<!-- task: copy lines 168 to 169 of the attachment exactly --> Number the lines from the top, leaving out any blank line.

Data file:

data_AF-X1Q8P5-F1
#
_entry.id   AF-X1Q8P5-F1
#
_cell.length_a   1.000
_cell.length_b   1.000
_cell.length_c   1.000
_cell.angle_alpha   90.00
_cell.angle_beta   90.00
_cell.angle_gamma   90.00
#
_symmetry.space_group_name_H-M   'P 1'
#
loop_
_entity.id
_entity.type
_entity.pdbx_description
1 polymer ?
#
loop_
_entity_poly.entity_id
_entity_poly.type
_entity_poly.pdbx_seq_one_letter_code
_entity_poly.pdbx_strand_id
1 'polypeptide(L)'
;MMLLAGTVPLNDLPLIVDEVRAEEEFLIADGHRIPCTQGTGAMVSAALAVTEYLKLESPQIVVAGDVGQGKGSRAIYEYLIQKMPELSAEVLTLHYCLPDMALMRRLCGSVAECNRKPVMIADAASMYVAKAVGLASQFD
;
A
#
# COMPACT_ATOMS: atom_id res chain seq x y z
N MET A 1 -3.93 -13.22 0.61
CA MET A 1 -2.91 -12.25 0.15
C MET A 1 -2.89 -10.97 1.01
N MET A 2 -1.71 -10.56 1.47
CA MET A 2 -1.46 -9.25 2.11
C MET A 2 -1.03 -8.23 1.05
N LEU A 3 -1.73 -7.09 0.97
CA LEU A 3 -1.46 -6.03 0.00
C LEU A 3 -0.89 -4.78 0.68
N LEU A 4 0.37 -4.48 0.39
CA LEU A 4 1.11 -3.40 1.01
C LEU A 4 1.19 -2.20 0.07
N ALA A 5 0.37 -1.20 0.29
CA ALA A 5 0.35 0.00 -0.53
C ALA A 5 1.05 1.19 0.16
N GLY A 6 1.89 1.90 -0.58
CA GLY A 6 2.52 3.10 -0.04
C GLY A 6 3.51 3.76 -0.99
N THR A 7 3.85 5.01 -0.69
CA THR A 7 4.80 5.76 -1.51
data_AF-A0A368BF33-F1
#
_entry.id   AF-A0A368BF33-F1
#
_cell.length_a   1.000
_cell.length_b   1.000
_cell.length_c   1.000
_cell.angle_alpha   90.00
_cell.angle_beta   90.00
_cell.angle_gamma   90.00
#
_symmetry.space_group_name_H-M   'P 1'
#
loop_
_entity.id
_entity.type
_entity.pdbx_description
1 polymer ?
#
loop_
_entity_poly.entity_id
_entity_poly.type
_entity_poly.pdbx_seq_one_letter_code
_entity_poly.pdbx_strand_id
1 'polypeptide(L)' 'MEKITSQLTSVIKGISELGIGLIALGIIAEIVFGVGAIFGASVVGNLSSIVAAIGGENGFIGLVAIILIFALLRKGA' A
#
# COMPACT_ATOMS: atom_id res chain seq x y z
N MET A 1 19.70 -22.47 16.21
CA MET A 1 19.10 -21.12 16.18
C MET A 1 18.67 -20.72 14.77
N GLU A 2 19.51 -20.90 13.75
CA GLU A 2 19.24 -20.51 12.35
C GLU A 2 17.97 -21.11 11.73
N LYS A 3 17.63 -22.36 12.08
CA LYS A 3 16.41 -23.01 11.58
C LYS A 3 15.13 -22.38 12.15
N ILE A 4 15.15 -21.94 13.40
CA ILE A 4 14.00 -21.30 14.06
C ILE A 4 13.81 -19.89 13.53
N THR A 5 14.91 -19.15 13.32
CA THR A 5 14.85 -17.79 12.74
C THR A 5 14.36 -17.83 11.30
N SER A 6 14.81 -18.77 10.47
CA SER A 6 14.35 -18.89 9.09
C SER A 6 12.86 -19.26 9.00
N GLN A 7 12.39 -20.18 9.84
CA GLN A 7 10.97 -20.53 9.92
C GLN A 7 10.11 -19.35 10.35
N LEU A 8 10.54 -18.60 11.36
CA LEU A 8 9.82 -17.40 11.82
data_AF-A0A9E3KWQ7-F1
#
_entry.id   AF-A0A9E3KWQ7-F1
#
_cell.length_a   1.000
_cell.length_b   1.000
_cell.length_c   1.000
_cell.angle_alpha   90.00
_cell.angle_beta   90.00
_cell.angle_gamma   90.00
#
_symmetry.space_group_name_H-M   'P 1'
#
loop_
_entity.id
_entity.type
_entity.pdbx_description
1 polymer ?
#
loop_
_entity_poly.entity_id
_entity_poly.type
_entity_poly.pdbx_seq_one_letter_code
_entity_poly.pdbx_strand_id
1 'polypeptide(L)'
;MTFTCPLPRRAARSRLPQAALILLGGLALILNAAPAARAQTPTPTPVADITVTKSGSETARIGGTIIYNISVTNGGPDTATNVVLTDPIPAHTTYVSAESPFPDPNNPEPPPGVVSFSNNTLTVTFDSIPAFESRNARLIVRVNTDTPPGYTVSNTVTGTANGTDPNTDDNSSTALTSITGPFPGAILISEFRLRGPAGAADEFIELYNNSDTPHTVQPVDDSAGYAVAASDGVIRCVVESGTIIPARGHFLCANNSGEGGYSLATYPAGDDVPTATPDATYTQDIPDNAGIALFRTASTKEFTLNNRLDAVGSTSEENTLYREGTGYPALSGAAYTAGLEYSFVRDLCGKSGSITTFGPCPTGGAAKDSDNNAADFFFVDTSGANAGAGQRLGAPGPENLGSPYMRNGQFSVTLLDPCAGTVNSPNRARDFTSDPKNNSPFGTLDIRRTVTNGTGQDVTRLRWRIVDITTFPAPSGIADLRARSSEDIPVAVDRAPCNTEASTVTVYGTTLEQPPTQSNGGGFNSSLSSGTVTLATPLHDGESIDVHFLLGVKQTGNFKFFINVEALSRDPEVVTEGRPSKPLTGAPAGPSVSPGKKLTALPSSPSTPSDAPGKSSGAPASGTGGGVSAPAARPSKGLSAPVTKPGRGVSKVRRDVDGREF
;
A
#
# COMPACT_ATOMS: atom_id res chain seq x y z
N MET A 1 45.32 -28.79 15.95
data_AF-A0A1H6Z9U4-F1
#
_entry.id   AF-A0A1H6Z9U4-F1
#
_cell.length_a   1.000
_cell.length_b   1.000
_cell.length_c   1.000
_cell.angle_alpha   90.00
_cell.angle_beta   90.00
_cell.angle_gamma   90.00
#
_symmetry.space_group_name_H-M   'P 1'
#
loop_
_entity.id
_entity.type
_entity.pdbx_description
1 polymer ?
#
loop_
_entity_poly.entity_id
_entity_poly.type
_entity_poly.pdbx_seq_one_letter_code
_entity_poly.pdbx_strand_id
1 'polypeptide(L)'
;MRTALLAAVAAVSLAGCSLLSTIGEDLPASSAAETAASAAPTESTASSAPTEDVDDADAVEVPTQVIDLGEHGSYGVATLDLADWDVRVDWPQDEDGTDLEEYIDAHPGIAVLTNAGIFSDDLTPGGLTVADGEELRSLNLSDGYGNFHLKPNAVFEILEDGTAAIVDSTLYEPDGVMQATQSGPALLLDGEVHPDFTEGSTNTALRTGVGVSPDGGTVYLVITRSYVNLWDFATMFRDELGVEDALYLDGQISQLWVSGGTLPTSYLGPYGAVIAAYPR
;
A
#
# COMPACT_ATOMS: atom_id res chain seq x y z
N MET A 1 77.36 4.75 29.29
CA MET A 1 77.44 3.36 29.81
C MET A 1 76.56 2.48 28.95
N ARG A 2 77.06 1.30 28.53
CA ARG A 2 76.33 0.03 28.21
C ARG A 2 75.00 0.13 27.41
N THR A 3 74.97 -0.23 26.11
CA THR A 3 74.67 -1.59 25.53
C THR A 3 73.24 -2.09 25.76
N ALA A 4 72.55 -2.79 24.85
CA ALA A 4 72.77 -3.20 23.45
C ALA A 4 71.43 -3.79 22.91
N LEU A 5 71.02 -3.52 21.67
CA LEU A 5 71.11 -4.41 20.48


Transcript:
N THR A 3 74.97 -0.23 26.11
CA THR A 3 74.67 -1.59 25.53